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The Dying Time; an excerpt from "Observations gathered out of a Discourse of the Plantation of the Southerne Colonie in Virginia" by George Percy (1625)

In this excerpt from "Observations gathered out of a Discourse of the Plantation of the Southerne Colonie in Virginia by the English, 1606," George Percy describes the building of the fort at Jamestown in the spring of 1607, the departure of Captain Christopher Newport, and the period, beginning in August, when many settlers, including Captain Bartholomew Gosnold, died of disease. Percy also touches on the religion and hygiene of the Virginia Indians. The account was published in 1625 by the Reverend Samuel Purchas in Hakluytus Posthumus, or Purchas His Pilgrimes.

Transcription from Original

The fifteenth day of June, we had built and finished our Fort which was triangle wise, having three Bulwarkes at every corner like a halfe Moone, and foure of five pieces of Artillerie mounted in them, we had made our selves sufficiently strong for these Savages, we had also sowne most of our Corne on two Mountaines, it sprang a mans height from the ground, this Countrey is a fruitfull soile, bearing many goodly and fruitfull Trees, as Mulberries, Cherries, Walnuts, Ceders, Cypresse, Sassafras, and Vines in great abundance.

Munday the two and twentieth of June, in the morning Captaine Newport in the Admirall departed from James Port for England.

Captaine Newport being gone for England, leaving us (one hundred and foure persons) verie bare and scantie of victualls, furthermore in warres and in danger of the Savages. We hoped after a supply which Captaine Newport promised within twentie weekes. But if the beginners of this action doe carefully further us, the Country being so fruitfull, it would be as great a profit to the Realme of England, as the Indies to the King of Spaine, if this River which wee have found had beene discovered in the time of warre with Spaine, it would have been a commoditie to our Realme, and a great annoyance to our enemies. The seven and twentieth of July the King of Rapahanna, demanded a Canoa which was restored, lifted up his hand to the Sunne, which they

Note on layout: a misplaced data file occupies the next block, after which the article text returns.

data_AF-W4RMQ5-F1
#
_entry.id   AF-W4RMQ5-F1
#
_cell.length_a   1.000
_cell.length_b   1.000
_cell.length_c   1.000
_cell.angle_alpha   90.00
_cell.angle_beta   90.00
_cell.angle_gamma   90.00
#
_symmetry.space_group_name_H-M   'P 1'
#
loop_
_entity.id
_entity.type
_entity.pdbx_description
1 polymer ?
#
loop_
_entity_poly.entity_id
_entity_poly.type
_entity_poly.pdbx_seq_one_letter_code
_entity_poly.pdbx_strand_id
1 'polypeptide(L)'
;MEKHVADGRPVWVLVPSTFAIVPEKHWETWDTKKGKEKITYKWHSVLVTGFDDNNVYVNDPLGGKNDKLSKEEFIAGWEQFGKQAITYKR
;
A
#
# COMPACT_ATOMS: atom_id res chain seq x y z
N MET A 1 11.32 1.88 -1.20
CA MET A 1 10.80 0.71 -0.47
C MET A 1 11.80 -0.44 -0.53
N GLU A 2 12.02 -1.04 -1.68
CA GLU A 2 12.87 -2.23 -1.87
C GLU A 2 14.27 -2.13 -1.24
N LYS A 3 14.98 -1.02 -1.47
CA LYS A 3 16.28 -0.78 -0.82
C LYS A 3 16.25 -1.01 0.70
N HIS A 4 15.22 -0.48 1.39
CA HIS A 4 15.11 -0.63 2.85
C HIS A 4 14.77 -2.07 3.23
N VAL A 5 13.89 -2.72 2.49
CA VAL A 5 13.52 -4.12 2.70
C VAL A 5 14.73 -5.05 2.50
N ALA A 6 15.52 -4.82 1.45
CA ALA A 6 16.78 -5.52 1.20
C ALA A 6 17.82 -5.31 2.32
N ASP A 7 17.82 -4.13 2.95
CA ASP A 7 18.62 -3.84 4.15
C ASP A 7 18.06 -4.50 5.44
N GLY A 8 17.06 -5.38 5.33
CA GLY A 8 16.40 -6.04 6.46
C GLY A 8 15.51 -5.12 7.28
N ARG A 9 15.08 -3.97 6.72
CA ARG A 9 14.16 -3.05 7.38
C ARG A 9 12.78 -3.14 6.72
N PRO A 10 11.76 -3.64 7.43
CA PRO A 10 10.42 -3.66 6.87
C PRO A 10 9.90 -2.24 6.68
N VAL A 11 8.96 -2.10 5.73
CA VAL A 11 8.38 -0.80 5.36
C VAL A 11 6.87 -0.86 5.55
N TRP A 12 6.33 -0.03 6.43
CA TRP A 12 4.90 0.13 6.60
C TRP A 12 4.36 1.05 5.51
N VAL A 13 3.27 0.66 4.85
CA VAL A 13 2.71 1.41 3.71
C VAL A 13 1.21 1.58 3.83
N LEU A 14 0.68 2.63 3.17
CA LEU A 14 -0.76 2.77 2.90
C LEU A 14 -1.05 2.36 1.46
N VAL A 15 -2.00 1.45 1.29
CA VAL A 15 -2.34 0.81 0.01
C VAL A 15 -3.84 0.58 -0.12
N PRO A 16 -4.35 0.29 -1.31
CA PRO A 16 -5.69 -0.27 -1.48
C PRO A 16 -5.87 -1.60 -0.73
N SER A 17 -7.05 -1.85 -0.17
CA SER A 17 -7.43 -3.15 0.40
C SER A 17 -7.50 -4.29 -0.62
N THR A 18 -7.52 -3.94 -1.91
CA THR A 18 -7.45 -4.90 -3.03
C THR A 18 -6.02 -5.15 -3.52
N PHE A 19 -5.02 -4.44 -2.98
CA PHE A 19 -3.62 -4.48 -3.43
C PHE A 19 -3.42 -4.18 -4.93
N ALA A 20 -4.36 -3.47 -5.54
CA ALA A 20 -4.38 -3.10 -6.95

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worship as their God, besides he laid his hand on his heart, that he would be our speciall friend. It is a generall rule of these people when they swere by their God which is the Sunne, no Christian will keepe their Oath better upon this promise. These people have a great reverence to the Sunne above all other things at the rising and setting of the same, they sit downe lifting up their hands and eyes to the Sunne making a round Circle on the ground with dried Tobacco, then they began to pray making many Devillish gestures with a Hellish noise foming at the mouth, staring with their eyes, wagging their heads and hands in such a fashion and deformitie as it was monstrous to behold.

The sixt of August there died John Asbie of the bloudie Flixe. The ninth day died George Flowre of the swelling. The tenth day died William Bruster Gentleman, of a wound given by the Savages, and was buried the eleventh day.

The fourteenth day, Jerome Alikock Ancient, died of a wound, the same day Francis Midwinter, Edward Moris Corporall died suddenly.

The fifteenth day, their died Edward Browne and Stephen Galthrope. The sixteenth day, their died Thomas Gower Gentleman. The seventeenth day, their died Thomas Mounslic. The eighteenth day, there died Robert Pennington, and John Martine Gentleman. The nineteenth day, died Drue Piggase Gentleman. The two and twentieth day of August, there died Captaine Bartholomew Gosnold one of our Councell, he was honourably buried, having all the Ordnance in the Fort shot off with many vollies of small shot.